But to focus on how little the compiler does is to miss the point of what Processing has done to Java. It has turned an object-oriented language into a procedural language with optional object-oriented features. By ditching the Java name and calling it a new language, Processing ensures that developers unlearn their Java experience and follow a different coding style. All the Processing examples and documentation encourage a coding style that looks and feels very different to Java. Global state and public variables are encouraged, access modifiers are rarely used, and long monolithic procedural scripts with no object oriented decomposition are common. It may be Java under the hood, but it feels like typed PHP.

Which is exactly the point. PHP is a great language for beginners because it makes simple things simple and complicated things possible. The learning curve for PHP is extremely smooth – just take an HTML page and drop in “<? echo ‘Hello World’; ?>” then point your browser at the page. Bang! You’re a programmer. Now google around for the functions you need to flesh out your idea. Processing is the PHP of graphics programming. If you’re an artist with ideas, you can get your first program up in seconds. Just open the Processing IDE, type “rect(50, 50, 30, 30);” and click ‘Run’. You’ll see this:

A Processing one-liner

For a complete Java newbie, getting to that stage in a vanilla Java2D app would have required the best part of a day’s research. Since with Processing it takes 30 seconds, you have plenty of mental energy left over to search through the comprehensive standard library documentation looking for the functions you need to iteratively get your sketch closer to the idea in your head.

Speaking of the standard library:

The Processing Library

All processing sketches are compiled into classes that extend PApplet. This class has a large collection of useful public methods that appear to Processing sketches as a single flat namespace of functions, just like PHP.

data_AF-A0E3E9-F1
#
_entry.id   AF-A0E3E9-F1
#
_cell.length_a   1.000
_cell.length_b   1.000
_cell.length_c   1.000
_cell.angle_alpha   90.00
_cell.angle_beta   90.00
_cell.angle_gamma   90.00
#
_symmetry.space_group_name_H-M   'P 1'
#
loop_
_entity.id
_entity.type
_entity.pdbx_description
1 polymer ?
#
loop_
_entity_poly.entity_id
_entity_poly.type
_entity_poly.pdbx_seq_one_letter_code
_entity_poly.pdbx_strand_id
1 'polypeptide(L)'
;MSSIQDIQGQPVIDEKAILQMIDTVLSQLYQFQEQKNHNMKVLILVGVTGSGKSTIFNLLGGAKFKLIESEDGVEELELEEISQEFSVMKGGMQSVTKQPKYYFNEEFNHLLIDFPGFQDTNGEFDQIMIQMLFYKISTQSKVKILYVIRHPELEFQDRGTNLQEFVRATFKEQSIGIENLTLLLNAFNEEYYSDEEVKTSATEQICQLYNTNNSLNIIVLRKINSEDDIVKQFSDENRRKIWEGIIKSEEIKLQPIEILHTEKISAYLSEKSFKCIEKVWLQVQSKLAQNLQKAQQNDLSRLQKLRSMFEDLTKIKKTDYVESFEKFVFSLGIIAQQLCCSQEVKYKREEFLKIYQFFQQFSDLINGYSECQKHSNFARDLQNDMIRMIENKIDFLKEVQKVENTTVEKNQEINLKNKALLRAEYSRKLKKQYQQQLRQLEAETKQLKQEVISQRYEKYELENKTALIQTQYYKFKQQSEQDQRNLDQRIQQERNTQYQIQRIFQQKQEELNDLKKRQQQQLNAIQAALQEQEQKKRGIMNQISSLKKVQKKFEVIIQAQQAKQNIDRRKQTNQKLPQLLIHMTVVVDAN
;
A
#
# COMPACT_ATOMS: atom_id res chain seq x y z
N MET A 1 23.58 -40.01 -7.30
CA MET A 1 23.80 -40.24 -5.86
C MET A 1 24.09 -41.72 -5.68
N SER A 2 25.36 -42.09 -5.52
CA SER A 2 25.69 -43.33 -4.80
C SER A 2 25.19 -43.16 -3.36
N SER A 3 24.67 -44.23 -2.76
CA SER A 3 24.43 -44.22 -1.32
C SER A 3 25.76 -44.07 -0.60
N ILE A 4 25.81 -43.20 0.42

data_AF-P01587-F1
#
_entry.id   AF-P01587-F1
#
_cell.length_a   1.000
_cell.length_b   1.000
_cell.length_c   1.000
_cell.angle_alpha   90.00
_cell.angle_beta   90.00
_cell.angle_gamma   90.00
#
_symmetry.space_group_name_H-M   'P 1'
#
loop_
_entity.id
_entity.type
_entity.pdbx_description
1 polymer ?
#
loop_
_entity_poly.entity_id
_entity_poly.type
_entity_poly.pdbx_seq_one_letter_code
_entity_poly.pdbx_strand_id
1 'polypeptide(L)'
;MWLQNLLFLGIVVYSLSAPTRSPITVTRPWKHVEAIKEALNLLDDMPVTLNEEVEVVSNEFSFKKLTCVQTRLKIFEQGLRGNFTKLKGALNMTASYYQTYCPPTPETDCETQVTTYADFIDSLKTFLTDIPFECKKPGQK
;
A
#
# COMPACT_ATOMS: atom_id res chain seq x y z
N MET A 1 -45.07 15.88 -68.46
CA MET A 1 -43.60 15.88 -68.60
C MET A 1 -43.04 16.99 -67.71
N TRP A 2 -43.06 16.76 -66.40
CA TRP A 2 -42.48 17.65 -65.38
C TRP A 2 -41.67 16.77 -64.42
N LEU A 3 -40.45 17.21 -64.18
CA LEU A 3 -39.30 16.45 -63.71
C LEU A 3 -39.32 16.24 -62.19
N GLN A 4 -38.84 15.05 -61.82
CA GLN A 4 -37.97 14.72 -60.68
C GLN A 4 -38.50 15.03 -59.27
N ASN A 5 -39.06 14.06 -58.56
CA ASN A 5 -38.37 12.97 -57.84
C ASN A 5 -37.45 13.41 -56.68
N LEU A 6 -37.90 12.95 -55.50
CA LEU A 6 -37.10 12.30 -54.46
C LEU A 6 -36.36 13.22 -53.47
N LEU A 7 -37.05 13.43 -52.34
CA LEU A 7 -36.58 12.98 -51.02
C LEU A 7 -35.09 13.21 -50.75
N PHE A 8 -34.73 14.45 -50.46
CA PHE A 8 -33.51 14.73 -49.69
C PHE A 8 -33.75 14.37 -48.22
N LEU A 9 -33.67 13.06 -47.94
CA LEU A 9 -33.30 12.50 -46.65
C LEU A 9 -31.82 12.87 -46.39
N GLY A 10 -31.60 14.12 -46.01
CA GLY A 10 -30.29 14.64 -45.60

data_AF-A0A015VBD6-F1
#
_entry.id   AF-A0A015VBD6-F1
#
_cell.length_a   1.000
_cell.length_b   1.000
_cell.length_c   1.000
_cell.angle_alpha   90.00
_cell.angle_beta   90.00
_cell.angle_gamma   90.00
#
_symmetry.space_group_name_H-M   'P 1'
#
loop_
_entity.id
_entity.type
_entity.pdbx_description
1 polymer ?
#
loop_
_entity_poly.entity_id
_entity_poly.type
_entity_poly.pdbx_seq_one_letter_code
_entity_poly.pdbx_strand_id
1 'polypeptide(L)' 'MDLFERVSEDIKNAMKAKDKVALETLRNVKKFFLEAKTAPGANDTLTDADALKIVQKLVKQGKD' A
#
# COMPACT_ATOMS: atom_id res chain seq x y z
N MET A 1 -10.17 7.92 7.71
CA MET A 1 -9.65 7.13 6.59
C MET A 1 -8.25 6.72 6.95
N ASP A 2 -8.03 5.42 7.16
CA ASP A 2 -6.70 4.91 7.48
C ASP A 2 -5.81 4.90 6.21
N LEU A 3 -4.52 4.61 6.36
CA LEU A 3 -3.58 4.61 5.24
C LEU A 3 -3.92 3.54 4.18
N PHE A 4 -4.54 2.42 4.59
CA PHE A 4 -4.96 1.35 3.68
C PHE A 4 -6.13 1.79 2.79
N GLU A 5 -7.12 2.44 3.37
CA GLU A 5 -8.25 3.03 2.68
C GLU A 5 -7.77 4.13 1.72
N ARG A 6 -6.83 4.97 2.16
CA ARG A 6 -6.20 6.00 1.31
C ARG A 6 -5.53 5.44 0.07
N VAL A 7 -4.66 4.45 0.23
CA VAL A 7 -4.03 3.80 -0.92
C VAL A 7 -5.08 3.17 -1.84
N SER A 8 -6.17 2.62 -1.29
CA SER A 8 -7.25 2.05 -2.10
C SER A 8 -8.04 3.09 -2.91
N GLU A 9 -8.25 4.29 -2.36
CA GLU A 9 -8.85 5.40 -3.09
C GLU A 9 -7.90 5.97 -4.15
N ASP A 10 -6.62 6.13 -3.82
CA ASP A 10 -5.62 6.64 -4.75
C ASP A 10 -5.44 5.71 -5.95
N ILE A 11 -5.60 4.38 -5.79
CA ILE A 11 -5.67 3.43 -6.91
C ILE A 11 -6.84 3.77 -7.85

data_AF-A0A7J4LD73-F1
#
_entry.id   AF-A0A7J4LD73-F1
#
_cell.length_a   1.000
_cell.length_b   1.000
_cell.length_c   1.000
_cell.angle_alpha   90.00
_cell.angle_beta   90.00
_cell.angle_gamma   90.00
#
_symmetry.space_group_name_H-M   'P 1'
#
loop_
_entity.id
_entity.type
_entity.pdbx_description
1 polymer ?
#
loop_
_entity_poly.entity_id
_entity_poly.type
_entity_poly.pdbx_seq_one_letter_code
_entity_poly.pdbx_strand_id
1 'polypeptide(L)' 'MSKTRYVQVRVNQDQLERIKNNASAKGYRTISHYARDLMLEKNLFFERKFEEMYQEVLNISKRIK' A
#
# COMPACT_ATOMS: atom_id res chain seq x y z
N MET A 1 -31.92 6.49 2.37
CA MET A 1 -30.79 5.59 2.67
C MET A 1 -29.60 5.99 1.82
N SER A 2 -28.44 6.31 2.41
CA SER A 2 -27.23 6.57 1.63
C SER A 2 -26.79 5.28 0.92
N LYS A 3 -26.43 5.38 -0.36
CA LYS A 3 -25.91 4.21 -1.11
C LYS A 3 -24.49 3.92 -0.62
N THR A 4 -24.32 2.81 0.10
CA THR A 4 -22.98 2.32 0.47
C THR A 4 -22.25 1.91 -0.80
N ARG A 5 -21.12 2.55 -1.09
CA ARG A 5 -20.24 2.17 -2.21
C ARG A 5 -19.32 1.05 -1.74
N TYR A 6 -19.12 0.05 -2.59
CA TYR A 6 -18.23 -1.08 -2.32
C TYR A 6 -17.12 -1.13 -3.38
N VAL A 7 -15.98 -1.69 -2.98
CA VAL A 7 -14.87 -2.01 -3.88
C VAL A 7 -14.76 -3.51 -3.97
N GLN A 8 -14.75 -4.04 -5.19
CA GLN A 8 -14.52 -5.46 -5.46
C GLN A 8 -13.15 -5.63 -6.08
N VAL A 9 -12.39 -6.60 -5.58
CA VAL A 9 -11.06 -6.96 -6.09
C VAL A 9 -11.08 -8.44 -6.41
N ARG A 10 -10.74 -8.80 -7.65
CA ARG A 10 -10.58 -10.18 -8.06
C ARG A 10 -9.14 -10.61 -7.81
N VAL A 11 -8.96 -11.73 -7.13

These include functions for 2D and 3D vector drawing, raster image manipulation, file loading, logging and maths. The methods are intuitively named, and more complex effects can be easily built up with sequences of function calls:

smooth();
rotate(.1);
fill(#00FF88);
rect(50, 50, 30, 30);
A slightly more complicated sketch

The Processing IDE

If you’ve used any Java IDE, Processing seems very basic. It’s just an editor window with some basic keyword-based syntax highlighting.

The Processing IDE

But once again, the whole is more than the sum of its parts. The processing IDE provides exactly what an artist needs to create and deliver their work, and no more. It doesn’t have code navigation, refactoring, interactive debugging or any of the other whizzy features of Eclipse. But it does have one-step wizards to export your sketch as a signed applet embedded in a web page or as Mac, Windows and Linux applications. I dread to think how long it would take a Java newbie to figure out how to do that with Eclipse. Heck, I dread to think how long it would take me to figure out how to do that with Eclipse.

Other features include a colour picker, font selector, documentation browser, code formatter and console for viewing debug messages.

Conclusion

I like Processing. If I need to do some simple interactive graphics in future, it will be at the top of my list. It also makes an excellent prototyping tool, so I’d consider using it to prototype graphics even if the project in in a different language.

Next up: Flash / ActionScript